Meanwhile in Brussels…

Have you been wondering, like me, why we haven’t heard about anything coming out of the meeting of NATO ambassadors convened by Turkey on Tuesday? Israel – which is not a NATO member, of course, like this rogue pariah state is also not a member of the IAEA or a signatory to the non-proliferation treaty – has after all launched a deadly military attack in international waters on a civilian ship flying under the flag of a loyal NATO member – Turkey. Especially in the light of the Turkish navy detachment of 4 fregates sailing to Cyprus right now to accompany the Rachel Corrie on its trip to Gaza, this is not an unimportant issue. Craig Murray, a former British ambassador, gives us a valuable glimpse inside NATO’s HQ on his blog: ‘What I was being told last night was very interesting indeed. NATO HQ in Brussels is today a very unhappy place. There is a strong understanding among the various national militaries that an attack by Israel on a NATO member flagged ship in international waters is an event to which NATO is obliged – legally obliged, as a matter of treaty – to react. I must be plain – nobody wants or expects military action against Israel. But there is an uneasy recognition that in theory that ought to be on the table, and that NATO is obliged to do something robust to defend Turkey.
Mutual military support of each other is the entire raison d’etre of NATO. You must also remember that to the NATO military the freedom of the high seas guaranteed by the UN Convention on the Law of the Sea is a vital alliance interest which officers have been conditioned to uphold their whole career. That is why Turkey was extremely shrewd in reacting immediately to the Israeli attack by calling an emergency NATO meeting. It is why, after the appalling US reaction to the attack with its refusal to name Israel, President Obama has now made a point of phoning President Erdogan to condole.
But the unhappiness in NATO HQ runs much deeper than that, I spoke separately to two friends there, from two different nations. One of them said NATO HQ was “a very unhappy place”. The other described the situation as “Tense – much more strained than at the invasion of Iraq”. Why? There is a tendency of outsiders to regard the senior workings of governments and international organisations as monolithic. In fact there are plenty of highly intelligent – and competitive – people and diverse interests involved. There are already deep misgivings, especially amongst the military, over the Afghan mission. There is no sign of a diminution in Afghan resistance attacks and no evidence of a clear gameplan. The military are not stupid and they can see that the Karzai government is deeply corrupt and the Afghan “national” army comprised almost exclusively of tribal enemies of the Pashtuns. You might be surprised by just how high in Nato scepticism runs at the line that in some way occupying Afghanistan helps protect the west, as opposed to stoking dangerous Islamic anger worldwide. So this is what is causing frost and stress inside NATO. The organisation is tied up in a massive, expensive and ill-defined mission in Afghanistan that many whisper is counter-productive in terms of the alliance aim of mutual defence. Every European military is facing financial problems as a public deficit financing crisis sweeps the continent. The only glue holding the Afghan mission together is loyalty to and support for the United States.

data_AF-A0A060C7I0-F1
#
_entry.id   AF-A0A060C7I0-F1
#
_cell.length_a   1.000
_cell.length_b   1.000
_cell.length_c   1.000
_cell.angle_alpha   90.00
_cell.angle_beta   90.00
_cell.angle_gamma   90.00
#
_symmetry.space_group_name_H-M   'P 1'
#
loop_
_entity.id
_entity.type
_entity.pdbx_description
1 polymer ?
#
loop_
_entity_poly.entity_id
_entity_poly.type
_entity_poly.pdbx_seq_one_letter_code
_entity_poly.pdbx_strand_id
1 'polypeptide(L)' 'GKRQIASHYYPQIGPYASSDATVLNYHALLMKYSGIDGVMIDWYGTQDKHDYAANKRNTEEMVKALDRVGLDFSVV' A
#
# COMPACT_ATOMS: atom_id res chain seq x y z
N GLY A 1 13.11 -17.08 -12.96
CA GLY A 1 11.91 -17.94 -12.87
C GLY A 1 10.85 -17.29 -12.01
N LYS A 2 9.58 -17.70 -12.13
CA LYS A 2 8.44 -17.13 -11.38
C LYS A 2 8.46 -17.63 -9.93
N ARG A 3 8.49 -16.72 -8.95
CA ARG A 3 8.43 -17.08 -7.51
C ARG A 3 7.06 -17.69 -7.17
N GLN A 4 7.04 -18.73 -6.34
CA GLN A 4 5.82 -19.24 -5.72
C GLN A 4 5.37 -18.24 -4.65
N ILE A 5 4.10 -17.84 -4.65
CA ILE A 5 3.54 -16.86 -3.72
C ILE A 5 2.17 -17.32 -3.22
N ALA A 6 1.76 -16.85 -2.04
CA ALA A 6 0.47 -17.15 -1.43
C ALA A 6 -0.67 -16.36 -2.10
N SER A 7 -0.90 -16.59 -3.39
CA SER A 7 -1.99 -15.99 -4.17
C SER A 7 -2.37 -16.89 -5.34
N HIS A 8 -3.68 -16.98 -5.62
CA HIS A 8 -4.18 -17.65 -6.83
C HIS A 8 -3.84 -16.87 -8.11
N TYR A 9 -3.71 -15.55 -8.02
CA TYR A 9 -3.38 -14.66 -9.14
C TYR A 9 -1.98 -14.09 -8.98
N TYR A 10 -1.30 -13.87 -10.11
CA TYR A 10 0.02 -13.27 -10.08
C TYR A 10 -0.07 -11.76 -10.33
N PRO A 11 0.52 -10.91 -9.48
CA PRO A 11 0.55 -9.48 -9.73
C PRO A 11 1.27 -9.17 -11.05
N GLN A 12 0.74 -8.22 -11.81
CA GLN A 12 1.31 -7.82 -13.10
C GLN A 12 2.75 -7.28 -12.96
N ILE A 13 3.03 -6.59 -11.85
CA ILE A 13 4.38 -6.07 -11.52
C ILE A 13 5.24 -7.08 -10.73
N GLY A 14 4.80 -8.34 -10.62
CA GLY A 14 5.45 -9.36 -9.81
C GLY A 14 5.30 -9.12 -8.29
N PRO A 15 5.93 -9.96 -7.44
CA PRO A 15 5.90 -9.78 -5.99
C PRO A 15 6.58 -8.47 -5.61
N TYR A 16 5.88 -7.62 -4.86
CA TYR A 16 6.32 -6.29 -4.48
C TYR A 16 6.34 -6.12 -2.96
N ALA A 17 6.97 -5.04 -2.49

But what kind of mutual support organisation is NATO when members must make decades long commitments, at huge expense and some loss of life, to support the Unted States, but cannot make even a gesture to support Turkey when Turkey is attacked by a non-member? Even the Eastern Europeans have not been backing the US line on the Israeli attack. The atmosphere in NATO on the issue has been very much the US against the rest, with the US attitude inside NATO described to me by a senior NATO officer as “amazingly arrogant – they don’t seem to think it matters what anybody else thinks”. Therefore what is troubling the hearts and souls of non-Americans in NATO HQ is this fundamental question. Is NATO genuinely a mutual defence organisation, or is it just an instrument to carry out US foreign policy? With its unthinking defence of Israel and military occupation of Afghanistan, is US foreign policy really defending Europe, or is it making the World less safe by causing Islamic militancy?
I leave the last word to one of the senior NATO officers – who incidentally is not British: “Nobody but the Americans doubts the US position on the Gaza attack is wrong and insensitve. But everyone already quietly thought the same about wider American policy. This incident has allowed people to start saying that now privately to each other.”
You can visit Craig Murray’s blog here.

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